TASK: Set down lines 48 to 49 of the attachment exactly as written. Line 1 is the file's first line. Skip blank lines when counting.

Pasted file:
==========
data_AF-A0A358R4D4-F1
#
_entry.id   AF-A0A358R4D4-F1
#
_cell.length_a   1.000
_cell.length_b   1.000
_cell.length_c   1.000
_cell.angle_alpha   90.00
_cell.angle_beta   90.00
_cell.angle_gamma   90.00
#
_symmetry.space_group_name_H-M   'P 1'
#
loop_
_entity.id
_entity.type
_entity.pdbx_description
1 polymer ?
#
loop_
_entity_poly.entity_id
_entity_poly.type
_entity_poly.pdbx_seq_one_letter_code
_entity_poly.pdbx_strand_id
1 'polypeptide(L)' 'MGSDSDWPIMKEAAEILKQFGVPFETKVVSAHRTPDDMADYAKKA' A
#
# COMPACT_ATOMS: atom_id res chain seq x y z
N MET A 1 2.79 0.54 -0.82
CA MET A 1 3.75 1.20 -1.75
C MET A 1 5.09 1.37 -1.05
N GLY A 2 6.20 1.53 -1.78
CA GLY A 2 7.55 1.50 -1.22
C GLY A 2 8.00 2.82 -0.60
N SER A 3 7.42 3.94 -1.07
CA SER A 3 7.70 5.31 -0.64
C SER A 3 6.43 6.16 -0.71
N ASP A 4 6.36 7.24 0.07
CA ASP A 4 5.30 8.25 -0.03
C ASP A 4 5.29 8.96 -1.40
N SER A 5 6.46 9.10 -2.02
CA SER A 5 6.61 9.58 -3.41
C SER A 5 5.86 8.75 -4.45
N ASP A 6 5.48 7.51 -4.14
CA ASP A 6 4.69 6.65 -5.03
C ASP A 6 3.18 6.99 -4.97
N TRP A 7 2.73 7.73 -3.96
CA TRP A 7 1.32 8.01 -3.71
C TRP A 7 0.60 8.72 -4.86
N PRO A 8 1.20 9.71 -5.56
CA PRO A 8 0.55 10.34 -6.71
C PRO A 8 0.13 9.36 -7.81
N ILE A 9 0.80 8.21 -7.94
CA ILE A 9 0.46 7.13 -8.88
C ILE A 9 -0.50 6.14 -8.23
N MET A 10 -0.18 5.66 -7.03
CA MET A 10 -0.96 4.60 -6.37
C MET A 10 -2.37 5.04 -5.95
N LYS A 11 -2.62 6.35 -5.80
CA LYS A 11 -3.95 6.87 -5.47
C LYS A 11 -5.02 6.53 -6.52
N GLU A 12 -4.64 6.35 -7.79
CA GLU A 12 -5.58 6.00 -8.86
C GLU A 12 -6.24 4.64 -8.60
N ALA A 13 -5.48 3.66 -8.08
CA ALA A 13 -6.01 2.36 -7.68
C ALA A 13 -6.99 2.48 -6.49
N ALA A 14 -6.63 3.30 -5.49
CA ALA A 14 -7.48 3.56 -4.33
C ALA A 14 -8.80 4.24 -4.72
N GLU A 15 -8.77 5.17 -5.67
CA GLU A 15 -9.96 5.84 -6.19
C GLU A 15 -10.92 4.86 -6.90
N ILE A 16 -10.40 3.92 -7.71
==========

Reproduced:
C TRP A 7 0.60 8.72 -4.86
N PRO A 8 1.20 9.71 -5.56